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Friday, 21 November 2014

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Jobs and shows to be cut at BBC Radio Cumbria

Radio Cumbria is to cut local programming and jobs after an eight-month review of local radio by the BBC.

Julie Clayton photo
Julie Clayton

The 30 or so workers at Radio Cumbria were told yesterday that they were facing cuts of nine per cent, compared to 11 per cent nationally. It is believed the cuts could equate to three or four job losses which the BBC hopes will be voluntary.

The news, however, was not as bad as initially feared when it was announced last year that the station could face cuts of nine jobs and the loss of 50 hours of local programming.

Staff were told in meetings with new station editor Mark Elliott yesterday. Fifteen hours of local programming will be cut and the 7pm to 10pm slot will be changed to an ‘all England’ programme.

BBC Radio Cumbria NUJ representative Julie Clayton said the cuts would affect “some of our most popular presenters”.

“Nine per cent cuts won’t be easy to achieve and it will mean unwelcome changes that will be noticed by the listeners,” she said.

“But compared to the BBC’s original plans to cut our budget by 20 per cent and get rid of a third of our staff, it’s not as bad as it could have been.”

Ms Clayton said the cuts would mean more job losses from the station, which earlier this year saw former editor Nigel Dyson step down after 14 years at the station and 36 with the BBC.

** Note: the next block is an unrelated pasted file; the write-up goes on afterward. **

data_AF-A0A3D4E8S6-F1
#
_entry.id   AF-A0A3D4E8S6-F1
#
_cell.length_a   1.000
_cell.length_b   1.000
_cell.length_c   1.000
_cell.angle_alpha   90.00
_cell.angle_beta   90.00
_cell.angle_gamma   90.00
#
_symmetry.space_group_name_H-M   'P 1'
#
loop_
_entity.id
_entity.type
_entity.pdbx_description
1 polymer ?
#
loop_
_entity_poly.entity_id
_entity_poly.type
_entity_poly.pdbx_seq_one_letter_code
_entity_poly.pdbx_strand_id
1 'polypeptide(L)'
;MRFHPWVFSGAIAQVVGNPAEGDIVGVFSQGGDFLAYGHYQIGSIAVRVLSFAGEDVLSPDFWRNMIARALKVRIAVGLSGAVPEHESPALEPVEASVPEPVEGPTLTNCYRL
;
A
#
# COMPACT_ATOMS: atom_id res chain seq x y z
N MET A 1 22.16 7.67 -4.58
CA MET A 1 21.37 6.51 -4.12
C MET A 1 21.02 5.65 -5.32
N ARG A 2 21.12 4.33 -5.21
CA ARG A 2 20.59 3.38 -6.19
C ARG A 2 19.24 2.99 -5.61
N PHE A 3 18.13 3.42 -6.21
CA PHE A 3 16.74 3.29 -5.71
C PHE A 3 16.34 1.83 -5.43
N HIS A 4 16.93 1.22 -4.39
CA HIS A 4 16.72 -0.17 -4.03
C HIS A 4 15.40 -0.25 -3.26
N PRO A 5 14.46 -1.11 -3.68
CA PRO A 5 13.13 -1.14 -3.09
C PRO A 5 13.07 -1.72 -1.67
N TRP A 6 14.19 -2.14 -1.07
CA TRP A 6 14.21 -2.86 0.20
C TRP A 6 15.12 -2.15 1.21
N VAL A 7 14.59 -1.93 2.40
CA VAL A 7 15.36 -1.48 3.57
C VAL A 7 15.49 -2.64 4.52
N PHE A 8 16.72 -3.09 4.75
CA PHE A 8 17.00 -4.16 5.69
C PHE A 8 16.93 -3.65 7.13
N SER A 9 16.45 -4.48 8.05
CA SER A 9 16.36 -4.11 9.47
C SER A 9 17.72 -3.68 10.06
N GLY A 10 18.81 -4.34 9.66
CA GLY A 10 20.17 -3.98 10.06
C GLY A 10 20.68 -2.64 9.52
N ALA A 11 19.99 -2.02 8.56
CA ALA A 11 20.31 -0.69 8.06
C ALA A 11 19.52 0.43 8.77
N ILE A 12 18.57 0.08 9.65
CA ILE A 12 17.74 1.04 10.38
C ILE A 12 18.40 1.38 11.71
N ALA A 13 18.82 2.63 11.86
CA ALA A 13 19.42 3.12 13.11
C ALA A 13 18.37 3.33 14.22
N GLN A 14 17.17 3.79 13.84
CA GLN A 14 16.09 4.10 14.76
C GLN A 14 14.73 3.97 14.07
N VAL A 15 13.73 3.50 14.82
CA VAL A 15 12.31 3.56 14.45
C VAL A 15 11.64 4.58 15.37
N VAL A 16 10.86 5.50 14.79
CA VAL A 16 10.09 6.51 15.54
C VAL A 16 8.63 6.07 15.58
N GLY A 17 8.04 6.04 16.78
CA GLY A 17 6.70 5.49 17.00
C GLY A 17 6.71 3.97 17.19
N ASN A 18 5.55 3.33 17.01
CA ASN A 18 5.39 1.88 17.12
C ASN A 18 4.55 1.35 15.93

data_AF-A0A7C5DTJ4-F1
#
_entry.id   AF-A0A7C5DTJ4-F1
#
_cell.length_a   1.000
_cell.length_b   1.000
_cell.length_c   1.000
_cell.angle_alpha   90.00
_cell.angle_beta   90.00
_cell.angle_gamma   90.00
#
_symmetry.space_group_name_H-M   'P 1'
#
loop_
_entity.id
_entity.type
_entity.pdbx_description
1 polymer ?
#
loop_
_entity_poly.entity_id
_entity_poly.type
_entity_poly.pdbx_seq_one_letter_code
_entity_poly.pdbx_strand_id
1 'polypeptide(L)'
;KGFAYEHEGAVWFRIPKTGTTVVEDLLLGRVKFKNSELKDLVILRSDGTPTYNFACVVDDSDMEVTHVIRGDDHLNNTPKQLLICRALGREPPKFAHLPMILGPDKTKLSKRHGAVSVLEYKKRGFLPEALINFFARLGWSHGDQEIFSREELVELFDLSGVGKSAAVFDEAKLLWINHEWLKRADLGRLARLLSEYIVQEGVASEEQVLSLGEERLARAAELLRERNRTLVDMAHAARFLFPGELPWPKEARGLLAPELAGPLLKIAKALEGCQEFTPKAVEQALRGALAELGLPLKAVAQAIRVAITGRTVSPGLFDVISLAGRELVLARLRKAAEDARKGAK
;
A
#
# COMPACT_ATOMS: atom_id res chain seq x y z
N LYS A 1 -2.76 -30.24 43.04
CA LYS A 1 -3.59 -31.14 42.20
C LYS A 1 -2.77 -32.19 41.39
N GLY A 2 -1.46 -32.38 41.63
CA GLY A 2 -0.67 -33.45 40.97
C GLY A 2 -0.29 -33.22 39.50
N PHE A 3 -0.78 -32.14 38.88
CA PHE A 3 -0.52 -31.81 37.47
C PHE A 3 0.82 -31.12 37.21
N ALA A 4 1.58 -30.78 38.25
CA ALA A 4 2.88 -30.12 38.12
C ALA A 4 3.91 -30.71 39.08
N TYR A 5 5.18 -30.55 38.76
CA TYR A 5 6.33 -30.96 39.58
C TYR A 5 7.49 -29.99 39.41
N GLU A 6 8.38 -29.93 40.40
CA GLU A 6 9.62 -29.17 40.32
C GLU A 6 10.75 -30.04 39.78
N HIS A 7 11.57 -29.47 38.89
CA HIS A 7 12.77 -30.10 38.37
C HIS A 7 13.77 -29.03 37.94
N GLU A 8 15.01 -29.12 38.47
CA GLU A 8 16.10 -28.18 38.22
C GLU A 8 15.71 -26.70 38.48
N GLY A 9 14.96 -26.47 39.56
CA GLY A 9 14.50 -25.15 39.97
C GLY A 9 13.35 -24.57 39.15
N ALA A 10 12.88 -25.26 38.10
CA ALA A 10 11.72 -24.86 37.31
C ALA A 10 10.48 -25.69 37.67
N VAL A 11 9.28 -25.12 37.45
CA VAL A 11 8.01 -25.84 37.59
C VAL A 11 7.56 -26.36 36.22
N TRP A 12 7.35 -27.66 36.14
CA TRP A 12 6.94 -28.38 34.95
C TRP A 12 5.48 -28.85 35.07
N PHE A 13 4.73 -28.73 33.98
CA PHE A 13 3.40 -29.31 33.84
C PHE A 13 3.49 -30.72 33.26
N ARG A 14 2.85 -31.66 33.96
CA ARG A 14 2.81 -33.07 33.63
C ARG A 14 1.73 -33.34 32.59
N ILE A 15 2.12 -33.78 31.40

The BBC announced last year that local radio was facing cuts under the Delivering Quality First plans and a review was carried out by the BBC Trust.

The station initially feared it stood to lose 9.4 full-time-equivalent posts, which equates to 12 or 13 members of staff – a third of the workforce, and 50 hours of local programming.

That prompted a campaign by local politicians to save Radio Cumbria, with council leader Mike Mitchelson urging listeners to lobby the BBC Trust.

The trust then announced in February that the BBC could not make the massive cuts to local radio initially planned.

“We’re pleased that the trust listened to the views of Cumbrians and asked the BBC to think again,” Ms Clayton said.

“It shows that our unique role is valued by our listeners and all the team are grateful to the people and politicians who made a strong case for BBC local radio.”

Mr Elliott was unavailable for comment today but it is understood consultation on voluntary redundancies began yesterday.

Lord Patten, BBC Trust Chairman, said yesterday marked “the end of a lengthy process for the BBC”.

“Delivering the changes we have approved will be challenging but they are necessary,” he said.

“We’ve listened carefully to the views of those who care about the BBC, and taken our time to get this right, encouraging the executive to amend plans where we think they need further thought, as the changes to local radio proposals show.

“Our focus now is to ensure that audiences notice as little change as possible to the services they know and love, and we will be monitoring audience reactions very carefully through our ongoing programme of reviews and reports.”

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